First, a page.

RC FAQs: How To Clean Your RC by Squirrel

[youtube http://www.youtube.com/watch?v=lwHvMWKr-_c]

So, you just had fun tearing your RC across the track or your favorite bash site. It’s now filthy and you want to clean it. What to do?

There are some people who are anal about cleaning like I am. There are also those who do want to clean as often as it takes too much time. Cleaning is a choice and it is not mandatory as it is your kit and yours to do what you feel. However, top pros will tear down their kit after every race, or bash period, as it is a good practice to get into. If for nothing else, have a clean RC means that you take care of it, inspect it, and know that when you pull it off the shelf it will work. Cleaning is not just removing dirt off of the chassis. It is inspecting for worn parts, broken or cracked parts, missing parts, and extreme wear.

The following are just the basics and general guidelines. It is up to yourself, the user, to adopt the procedures that you feel is necessary.

After run procedures with recommendations for periodic inspections are located here:
http://wp.me/p3vLjP-2R

Air Filters

Air filters should be cleaned about every 4 to 5 runs regardless of if they appear to be dirty or not. In my example’s case, it is very much so time to clean! I ran this through some dirt and mud during my super charger experiment

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So, with any first step, you have to remove the filter. Go ahead and lift it off the carb!

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With the filter off you will want to start to prepare the bath for it. Use warm soapy water. I use regular dish detergent and it works fine.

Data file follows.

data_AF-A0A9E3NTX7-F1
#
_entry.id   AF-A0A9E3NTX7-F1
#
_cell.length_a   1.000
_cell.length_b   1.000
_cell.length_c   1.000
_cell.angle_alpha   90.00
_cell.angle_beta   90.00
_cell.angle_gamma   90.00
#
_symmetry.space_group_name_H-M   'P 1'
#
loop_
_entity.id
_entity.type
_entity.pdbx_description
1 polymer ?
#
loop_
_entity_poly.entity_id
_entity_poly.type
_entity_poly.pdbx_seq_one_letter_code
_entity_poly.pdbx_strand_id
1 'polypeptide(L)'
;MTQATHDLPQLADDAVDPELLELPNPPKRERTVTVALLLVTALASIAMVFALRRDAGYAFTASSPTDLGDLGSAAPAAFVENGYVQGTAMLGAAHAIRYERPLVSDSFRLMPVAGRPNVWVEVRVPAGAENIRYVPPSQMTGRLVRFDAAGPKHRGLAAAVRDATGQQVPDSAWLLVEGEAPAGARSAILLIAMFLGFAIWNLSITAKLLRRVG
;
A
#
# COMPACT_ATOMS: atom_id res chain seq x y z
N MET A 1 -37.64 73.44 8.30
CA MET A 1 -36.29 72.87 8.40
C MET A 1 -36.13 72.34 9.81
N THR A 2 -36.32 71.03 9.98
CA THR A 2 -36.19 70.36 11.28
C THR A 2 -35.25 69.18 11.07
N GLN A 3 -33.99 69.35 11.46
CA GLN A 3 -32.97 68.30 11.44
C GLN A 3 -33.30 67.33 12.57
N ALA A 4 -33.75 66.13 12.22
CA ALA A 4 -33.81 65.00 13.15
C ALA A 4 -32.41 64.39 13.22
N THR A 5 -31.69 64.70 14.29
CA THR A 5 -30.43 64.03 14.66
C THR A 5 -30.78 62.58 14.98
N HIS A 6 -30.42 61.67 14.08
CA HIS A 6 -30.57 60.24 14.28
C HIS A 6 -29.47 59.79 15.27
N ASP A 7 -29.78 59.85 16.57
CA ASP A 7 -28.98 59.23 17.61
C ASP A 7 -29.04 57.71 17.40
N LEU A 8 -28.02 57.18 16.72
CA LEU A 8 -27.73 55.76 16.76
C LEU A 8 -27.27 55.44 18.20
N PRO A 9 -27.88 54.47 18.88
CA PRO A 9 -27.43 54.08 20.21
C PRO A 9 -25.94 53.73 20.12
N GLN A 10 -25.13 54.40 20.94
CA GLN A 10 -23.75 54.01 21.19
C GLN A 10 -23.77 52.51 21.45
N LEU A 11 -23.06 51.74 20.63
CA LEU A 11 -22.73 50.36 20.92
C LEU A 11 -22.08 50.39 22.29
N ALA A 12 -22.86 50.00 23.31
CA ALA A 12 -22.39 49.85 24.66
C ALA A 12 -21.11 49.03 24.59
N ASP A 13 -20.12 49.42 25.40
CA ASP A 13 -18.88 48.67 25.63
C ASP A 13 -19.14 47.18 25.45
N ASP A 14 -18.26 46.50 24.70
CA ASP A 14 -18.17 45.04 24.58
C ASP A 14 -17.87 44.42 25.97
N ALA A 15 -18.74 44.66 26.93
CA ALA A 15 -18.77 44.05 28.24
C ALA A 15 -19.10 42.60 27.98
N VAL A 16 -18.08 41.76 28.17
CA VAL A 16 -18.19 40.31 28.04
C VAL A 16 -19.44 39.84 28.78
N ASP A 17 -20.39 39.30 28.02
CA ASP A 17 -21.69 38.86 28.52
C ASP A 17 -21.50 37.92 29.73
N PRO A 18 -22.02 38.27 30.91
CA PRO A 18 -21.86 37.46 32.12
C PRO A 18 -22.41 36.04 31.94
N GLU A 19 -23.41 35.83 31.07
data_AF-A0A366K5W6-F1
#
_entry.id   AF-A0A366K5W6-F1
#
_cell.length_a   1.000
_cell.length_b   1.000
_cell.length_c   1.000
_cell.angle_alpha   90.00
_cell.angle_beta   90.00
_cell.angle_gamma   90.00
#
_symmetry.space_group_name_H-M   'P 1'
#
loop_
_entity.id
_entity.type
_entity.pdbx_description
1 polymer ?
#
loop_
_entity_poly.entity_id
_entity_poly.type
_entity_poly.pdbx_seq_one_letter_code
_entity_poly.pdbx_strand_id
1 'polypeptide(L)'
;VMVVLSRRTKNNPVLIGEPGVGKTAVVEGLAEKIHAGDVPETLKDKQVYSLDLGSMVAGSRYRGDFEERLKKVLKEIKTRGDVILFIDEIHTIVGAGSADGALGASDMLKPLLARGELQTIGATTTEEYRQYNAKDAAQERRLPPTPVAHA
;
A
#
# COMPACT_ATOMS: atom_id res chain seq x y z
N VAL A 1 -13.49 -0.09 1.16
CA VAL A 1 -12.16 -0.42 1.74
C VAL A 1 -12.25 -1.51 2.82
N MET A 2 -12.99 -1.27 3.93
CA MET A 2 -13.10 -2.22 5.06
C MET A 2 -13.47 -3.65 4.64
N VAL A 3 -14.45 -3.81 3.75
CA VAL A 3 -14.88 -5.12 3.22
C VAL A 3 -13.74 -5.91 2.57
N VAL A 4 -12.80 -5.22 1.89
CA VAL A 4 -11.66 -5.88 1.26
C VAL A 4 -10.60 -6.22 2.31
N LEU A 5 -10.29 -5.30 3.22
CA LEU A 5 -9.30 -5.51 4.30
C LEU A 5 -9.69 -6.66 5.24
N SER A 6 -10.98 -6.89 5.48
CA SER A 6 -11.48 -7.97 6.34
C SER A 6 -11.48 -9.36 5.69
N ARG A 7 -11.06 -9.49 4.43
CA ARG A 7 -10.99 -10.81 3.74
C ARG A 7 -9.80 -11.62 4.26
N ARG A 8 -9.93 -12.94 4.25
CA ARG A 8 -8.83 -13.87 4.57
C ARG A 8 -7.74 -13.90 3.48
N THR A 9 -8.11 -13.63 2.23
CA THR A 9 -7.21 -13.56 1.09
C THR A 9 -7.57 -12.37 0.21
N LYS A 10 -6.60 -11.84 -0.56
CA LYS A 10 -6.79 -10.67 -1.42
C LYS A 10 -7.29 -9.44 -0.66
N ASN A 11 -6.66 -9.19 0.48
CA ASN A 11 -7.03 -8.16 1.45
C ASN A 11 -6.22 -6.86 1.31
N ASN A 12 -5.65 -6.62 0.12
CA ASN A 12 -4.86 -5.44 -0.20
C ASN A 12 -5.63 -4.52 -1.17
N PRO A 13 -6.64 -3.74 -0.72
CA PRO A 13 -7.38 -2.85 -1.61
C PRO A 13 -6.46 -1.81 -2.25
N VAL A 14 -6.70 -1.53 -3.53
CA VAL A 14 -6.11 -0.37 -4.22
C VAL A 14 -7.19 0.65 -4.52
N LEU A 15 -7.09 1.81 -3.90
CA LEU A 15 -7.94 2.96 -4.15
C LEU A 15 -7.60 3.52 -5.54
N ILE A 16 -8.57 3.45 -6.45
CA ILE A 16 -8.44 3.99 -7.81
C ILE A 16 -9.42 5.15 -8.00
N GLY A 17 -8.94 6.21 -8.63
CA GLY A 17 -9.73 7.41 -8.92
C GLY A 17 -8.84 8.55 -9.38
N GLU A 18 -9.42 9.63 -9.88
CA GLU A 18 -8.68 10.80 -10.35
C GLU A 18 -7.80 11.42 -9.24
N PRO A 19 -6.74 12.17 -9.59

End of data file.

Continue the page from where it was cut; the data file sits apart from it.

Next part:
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Whoa! Now slow down there fella! You do not want to just throw the filter in there. Take it apart first and then put the pieces in the water to soak for a little bit.

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For the filter tube, you will want to ensure that water is inside and flowing through the tube. If you feel that it is necessary then you can use a pipe cleaner to get around the inner walls of the tube.

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For the filter, you are going to want to work the soap into the element and mash it in your hand while the water is going over it washing the dirt and soap out.

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After everything is clean you will want to let everything dry. You do not want to leave any water on the parts. For the tube it is recommended that you use an aerosol can of air to push any remaining water out of it.

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Once the filter is dry then it is time to re-oil it. Put drops of air filter oil all over the filter (about 40 dots or so) and work the oil into the filter.

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Reassemble the filter and you are done!

Cleaning the RC itself

For cleaning the RC there are three main ways to do this. A few seem simple enough but each posses their own issues.

– Hose method
– Denatured alcohol method
– Slow and disassembly method.

The hose method is where you take the RC outside and hose it down with a hose. It’s very simple and straight forward. However, you will want to remove all of your servos, receiver, and battery. You will also want to ensure that no water gets inside the engine, filter, or pipe. It’s for these reasons that you will be disassembling the RC anyways so you might as well use the slow method. I say this as if you just hose it down and call it done then you are not inspecting for any signs of wear, cracked parts, missing parts, etc. The pressure from the hose could also cause these parts to fall off and be un-noticed.